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Over 200 Gaming Operators Express Interest in Dutch Gaming License

Over 200 Gaming Operators Express Interest in Dutch Gaming License 0001

Online gaming operators have declared an overwhelming amount of interest in operating in the Netherlands once online gaming regulation is approved. More than 200 operators have expressed enthusiasm in obtaining operating licenses, according to the annual report of the Dutch Games of Chance Authority (KSA) released in April.

According to a blog written by Richard van Schaik and Róbin de Wit from the international legal firm DLA Piper, the huge amount of interest from gaming operators has sparked questions from members of the country's parliament.

With such a large amount of interest, the parliament is once again debating whether revenue estimates are reliable, and have asked the State Secretary for Security and Justice, Klaas Dijkhoff, to provide new estimates. This goes hand in hand with whether the proposed 20-percent gross revenue tax should still be used within a new regulatory gaming regime.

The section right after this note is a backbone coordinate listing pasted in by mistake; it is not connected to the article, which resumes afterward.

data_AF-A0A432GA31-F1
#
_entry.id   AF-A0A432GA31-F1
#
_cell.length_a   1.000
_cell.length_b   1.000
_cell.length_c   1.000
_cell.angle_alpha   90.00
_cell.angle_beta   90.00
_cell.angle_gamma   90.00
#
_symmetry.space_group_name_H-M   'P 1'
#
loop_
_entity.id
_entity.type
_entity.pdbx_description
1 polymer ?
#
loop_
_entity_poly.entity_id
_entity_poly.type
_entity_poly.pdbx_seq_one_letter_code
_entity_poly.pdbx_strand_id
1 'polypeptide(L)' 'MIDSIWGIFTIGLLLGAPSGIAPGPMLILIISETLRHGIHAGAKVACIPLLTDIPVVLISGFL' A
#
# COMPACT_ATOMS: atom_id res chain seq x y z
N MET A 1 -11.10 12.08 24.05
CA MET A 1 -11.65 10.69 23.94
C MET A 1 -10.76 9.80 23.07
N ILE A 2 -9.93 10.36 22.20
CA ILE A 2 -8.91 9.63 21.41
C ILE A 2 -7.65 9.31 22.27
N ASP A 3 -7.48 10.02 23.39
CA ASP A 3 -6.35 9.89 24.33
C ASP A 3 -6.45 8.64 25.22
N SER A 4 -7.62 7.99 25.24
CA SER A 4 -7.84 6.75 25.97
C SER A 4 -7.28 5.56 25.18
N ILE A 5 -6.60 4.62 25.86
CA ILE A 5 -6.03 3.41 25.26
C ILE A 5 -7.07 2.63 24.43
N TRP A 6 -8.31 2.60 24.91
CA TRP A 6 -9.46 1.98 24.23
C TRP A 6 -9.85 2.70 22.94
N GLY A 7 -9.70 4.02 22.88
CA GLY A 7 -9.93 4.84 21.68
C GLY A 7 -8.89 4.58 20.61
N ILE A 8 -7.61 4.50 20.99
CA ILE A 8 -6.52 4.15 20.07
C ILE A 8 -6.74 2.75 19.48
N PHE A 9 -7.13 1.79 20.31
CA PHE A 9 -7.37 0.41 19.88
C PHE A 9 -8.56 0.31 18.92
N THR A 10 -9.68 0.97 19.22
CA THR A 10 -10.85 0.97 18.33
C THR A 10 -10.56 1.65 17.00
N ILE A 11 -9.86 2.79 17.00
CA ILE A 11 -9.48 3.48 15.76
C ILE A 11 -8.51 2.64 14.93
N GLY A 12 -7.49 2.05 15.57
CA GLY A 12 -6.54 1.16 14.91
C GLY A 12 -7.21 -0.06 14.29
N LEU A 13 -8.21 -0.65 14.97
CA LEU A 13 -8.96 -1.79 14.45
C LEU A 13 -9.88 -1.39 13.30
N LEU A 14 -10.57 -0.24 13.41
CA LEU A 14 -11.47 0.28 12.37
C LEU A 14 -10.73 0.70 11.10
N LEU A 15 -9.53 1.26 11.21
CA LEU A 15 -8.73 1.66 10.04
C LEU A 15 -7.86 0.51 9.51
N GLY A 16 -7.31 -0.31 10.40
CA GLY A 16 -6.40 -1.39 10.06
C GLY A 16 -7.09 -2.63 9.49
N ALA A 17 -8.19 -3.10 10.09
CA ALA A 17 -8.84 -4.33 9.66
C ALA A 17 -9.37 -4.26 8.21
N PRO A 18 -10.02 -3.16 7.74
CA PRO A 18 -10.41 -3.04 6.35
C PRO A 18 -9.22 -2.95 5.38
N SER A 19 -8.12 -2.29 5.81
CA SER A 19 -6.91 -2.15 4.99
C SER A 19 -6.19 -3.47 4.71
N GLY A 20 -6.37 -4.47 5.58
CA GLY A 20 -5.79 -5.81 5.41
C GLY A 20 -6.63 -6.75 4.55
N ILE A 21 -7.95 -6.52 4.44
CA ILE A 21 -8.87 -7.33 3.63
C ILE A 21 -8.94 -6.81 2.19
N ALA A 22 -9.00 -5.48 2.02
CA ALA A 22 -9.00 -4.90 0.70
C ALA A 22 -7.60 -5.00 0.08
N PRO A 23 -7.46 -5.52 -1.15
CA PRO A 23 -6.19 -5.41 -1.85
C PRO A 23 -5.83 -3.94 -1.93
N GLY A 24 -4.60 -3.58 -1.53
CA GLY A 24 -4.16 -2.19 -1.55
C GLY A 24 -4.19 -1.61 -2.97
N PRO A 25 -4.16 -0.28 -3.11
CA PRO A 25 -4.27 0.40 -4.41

The tax rate has been a hot topic ever since legislation was initially proposed, since land-based casinos are currently subject to a much higher 29-percent gross revenue tax. It appeared that this issue was put to rest in July 2014, when the Dutch Council of Ministers approved language for the differentiating tax rates.

Despite the approved language, there is still discussion about whether the online tax rate is too low with some suggesting to bring it to the same rate that land-based casinos are currently subject to and others calling for tax rates for both land-based and online operators to meet halfway at around 24- or 25-percent gross revenue tax.

DLA Piper warns that raising the tax rate, even by a small amount, could be detrimental to licensed operators and thus encourage players to play at unlicensed sites. The rationale here is that unlicensed sites would not be paying any tax, thus have less costs going against their bottom lines, enabling them to offer better promotions and a more advantageous cost structure for its players.

It was previously believed that many of the remaining questions were put to rest when Dijkhoff signed off on a lengthy 176-page document in support of passing online gaming regulation, which addressed among other thing concerns about whether the proposed tax rate is adequate.

"It is easy for a player to [find] a better alternative on the Internet," Dijkhoff said last month. "It is therefore necessary that the future licensees [offer] a sufficiently attractive and wide range of games of chance on distance to direct players to create the legal offer."

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